Beth Purvis: 'When your children ask us, we’ll tell them... that you loved them so much and fought with everything you had to stay with them as long as you possibly could'
Madeleine Sanders pays tribute to her close friend Beth Purvis, the Indie's Bowel Warrior columnist who wrote about living with stage 4 bowel cancer and who has died at the age of 42...
I feel I owe it to Beth to write something worthy of her, to say something profound to express how we’re all feeling, to offer up a tribute that is warm and witty and touching all at once. I want to write words of comfort to us all, but I find there is no comfort.
I could tell you that she was loved, but most of us are, so what does that even mean?
I could tell you that she was brave [she was] and that she never once complained about the unfairness, the pain or the indignities cancer inflicted on her [she didn’t].
I could tell you that we were proud of her for smashing a law degree alongside being a working mum and enduring gruelling cancer treatments and multiple major operations.
I could tell you that the work she did as 'Bowel Warrior’ to raise awareness literally saved lives – at least two that I personally know of.
But these words seem anodyne in the face of the unwavering force of nature that she was. I don’t want to canonise her, nor to reduce her to just another everyday tragic story. “Oh Beth, yes I follow her story, she seems extraordinary”, as relative strangers and acquaintances often tell me.
To us, she was not Bowel Warrior. To us, she was just... our friend.
We went to coffee mornings, we schlepped our kids around the forest, we babysat her pets and she ours, we celebrated and commiserated together, we went shopping and averted our eyes as she explained to shop assistants why consumer law meant she actually could return those shoes without a box, we laughed at her choosing beige food in restaurants because she famously ate “like a five-year-old at a birthday party”.
Most of all we sat around on weekday evenings drinking wine and eating crisps at one or other of our houses, or watching the menfolk barbecue on sunny weekend afternoons while the kids ran around unsupervised, eating too many Haribos.
She’d pop over, unsolicited, with chocolates and a hug if she thought we were feeling blue.
She loved horses, she was posher than most people realised, she had a peculiar fondness for WKD (a ridiculous blue drink no other human over the age of 16 has ever enjoyed) – how can any of these facts convey the depth of our friendships with her?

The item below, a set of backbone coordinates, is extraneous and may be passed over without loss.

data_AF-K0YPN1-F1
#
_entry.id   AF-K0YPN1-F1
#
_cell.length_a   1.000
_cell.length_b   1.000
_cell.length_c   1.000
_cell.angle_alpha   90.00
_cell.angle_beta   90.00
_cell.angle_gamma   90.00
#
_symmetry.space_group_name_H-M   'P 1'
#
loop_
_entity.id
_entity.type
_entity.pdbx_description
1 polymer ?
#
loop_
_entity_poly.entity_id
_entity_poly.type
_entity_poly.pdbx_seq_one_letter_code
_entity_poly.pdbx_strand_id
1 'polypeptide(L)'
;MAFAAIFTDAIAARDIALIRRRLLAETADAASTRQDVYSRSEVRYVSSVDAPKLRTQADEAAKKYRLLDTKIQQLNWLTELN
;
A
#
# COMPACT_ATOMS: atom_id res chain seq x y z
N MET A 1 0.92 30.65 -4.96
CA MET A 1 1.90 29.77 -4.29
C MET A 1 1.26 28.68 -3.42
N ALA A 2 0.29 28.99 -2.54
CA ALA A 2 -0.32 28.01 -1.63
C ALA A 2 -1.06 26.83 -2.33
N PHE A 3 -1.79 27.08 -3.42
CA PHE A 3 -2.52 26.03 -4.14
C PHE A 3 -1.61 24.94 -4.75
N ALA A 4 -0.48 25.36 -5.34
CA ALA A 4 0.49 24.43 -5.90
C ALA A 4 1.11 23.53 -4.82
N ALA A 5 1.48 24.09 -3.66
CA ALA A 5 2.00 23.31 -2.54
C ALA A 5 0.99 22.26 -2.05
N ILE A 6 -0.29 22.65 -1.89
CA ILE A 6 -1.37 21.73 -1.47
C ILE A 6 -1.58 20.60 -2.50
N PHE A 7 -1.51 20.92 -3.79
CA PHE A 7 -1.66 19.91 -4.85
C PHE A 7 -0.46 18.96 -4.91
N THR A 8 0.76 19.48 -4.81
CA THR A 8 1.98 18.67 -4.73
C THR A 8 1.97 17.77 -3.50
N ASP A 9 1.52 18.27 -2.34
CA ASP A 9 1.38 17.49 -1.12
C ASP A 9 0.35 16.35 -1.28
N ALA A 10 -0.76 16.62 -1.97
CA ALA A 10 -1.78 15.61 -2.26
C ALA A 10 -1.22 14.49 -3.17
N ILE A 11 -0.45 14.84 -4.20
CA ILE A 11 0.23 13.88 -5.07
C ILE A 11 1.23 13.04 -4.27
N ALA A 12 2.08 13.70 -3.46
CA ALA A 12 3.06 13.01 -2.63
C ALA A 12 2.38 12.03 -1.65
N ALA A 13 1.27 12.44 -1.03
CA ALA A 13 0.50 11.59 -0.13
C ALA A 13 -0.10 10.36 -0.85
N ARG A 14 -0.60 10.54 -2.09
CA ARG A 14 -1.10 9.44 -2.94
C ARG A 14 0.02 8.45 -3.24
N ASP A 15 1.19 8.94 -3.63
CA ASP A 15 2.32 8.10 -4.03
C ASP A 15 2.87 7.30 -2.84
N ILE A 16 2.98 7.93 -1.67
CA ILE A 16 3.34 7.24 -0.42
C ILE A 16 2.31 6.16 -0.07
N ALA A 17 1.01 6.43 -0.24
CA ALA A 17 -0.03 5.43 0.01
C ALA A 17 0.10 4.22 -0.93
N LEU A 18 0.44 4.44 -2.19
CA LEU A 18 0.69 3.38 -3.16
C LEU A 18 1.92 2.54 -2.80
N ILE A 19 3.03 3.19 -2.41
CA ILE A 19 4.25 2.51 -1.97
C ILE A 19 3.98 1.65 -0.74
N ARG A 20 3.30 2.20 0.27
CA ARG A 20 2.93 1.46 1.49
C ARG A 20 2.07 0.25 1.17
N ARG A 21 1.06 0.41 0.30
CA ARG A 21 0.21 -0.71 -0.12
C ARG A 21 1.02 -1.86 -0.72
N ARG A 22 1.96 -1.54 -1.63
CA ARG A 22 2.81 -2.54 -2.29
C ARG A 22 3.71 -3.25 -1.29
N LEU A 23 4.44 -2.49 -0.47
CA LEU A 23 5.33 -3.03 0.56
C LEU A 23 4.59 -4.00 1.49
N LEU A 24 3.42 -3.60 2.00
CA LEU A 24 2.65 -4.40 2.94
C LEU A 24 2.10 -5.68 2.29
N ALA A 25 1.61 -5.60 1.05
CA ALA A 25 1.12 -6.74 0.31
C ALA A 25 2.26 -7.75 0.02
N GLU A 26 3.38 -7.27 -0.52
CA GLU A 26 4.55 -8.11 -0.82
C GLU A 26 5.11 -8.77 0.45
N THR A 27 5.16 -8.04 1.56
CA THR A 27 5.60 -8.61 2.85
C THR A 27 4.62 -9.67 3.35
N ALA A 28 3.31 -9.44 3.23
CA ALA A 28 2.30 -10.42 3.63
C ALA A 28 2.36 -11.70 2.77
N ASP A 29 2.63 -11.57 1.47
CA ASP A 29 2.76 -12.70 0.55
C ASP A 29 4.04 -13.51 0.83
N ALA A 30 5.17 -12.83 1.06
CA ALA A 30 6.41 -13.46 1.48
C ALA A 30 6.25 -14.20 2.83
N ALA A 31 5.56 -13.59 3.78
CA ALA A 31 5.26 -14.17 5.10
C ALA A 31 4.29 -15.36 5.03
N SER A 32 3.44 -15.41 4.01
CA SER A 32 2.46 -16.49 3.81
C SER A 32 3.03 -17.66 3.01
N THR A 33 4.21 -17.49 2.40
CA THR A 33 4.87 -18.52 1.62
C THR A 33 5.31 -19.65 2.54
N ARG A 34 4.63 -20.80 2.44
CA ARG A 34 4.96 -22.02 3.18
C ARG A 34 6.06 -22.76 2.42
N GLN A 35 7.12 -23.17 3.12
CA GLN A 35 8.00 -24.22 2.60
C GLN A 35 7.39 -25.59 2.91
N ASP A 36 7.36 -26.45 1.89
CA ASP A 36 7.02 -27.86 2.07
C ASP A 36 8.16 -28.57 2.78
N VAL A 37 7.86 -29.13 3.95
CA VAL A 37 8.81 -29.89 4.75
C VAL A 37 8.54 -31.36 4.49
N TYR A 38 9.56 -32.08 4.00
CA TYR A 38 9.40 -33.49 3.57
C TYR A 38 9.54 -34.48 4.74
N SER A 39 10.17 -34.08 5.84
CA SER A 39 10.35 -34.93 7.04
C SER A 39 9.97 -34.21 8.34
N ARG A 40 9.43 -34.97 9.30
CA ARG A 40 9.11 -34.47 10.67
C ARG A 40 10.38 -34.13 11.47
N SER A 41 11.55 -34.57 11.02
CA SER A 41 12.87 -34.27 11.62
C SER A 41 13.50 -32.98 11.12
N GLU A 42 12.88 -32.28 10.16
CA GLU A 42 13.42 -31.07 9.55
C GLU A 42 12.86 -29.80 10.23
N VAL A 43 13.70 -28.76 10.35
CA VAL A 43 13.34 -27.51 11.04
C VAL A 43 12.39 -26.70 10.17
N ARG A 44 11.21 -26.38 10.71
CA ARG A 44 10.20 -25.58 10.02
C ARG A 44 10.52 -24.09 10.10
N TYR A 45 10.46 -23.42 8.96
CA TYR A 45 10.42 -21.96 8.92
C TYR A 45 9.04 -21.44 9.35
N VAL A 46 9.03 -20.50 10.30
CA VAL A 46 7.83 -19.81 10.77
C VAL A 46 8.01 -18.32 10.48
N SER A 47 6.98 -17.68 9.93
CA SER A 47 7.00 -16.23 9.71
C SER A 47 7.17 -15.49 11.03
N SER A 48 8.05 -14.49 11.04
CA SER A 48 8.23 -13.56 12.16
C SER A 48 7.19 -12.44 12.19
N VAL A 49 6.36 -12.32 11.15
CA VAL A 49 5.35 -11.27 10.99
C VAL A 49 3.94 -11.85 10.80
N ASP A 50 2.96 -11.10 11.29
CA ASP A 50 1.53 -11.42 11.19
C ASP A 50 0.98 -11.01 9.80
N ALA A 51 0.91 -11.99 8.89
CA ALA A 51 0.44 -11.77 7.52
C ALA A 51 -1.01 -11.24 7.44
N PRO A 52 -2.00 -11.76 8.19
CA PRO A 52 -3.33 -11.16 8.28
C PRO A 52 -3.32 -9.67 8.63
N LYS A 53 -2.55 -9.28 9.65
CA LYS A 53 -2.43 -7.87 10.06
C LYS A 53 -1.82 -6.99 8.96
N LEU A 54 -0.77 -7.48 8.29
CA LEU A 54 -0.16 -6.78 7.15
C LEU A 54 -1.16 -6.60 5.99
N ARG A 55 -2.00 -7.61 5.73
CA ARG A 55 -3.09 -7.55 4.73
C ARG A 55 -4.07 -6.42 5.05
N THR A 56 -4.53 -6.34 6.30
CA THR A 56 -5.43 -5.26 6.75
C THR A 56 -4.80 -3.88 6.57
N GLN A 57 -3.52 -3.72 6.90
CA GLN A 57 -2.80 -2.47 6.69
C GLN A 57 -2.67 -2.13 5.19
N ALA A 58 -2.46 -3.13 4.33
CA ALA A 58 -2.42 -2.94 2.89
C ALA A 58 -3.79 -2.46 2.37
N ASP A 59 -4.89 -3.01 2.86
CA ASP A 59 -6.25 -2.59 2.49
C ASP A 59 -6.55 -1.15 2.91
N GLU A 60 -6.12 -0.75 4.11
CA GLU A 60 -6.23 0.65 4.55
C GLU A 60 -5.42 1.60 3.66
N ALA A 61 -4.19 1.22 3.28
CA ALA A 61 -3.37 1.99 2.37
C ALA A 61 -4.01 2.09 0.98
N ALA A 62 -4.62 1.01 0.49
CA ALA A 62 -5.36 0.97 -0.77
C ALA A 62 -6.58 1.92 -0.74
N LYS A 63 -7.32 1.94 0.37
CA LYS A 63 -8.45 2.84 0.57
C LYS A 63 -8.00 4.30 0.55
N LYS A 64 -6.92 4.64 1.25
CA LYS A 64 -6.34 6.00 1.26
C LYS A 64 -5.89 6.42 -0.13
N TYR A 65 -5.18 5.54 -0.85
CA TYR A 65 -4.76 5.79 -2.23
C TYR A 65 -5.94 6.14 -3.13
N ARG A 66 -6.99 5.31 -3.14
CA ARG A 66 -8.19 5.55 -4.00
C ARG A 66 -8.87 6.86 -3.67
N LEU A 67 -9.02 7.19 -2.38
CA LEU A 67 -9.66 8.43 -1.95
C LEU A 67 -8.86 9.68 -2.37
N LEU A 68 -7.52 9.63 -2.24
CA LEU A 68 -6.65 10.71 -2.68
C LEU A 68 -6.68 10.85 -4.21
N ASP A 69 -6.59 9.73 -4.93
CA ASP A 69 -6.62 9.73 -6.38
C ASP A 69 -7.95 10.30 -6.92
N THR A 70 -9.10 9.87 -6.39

Last year she turned up late to help me with some legal paperwork. When I enquired as to what had caused the delay, she said, “I got fucking run over, didn’t I?”, to which I replied, “You’re a bit of an attention seeker, aren’t you, first with the cancer, now with the road traffic accidents?” She laughed, got out her biro and started making amendments to my documents. (She really had got run over – I think I felt more sorry for the driver given that apparently she lay there in the road saying, “You seriously just ran over the wrong person”).
But now she’s gone. Beth: now you are light, now you are air.
You will be the wind on your daughter’s face when she rides your and her beloved ponies.
You will be warm sunshine on the first day of spring.
You will be snow falling, sparks flying from a campfire, waves endlessly rolling in on a golden beach.
You will always be at our tables. You will always be part of us.
When your children ask us, we’ll tell them that you were fiercely loyal, funny, always the life and soul of any party, that you always said yes to every invitation, that you were forthright, principled and strong, that you adored their dad and he adored you, that you loved them so much and fought with everything you had to stay with them as long as you possibly could.
We miss you already. We’ll miss you always.
May your name always be spoken with love and respect. May your memory be a blessing.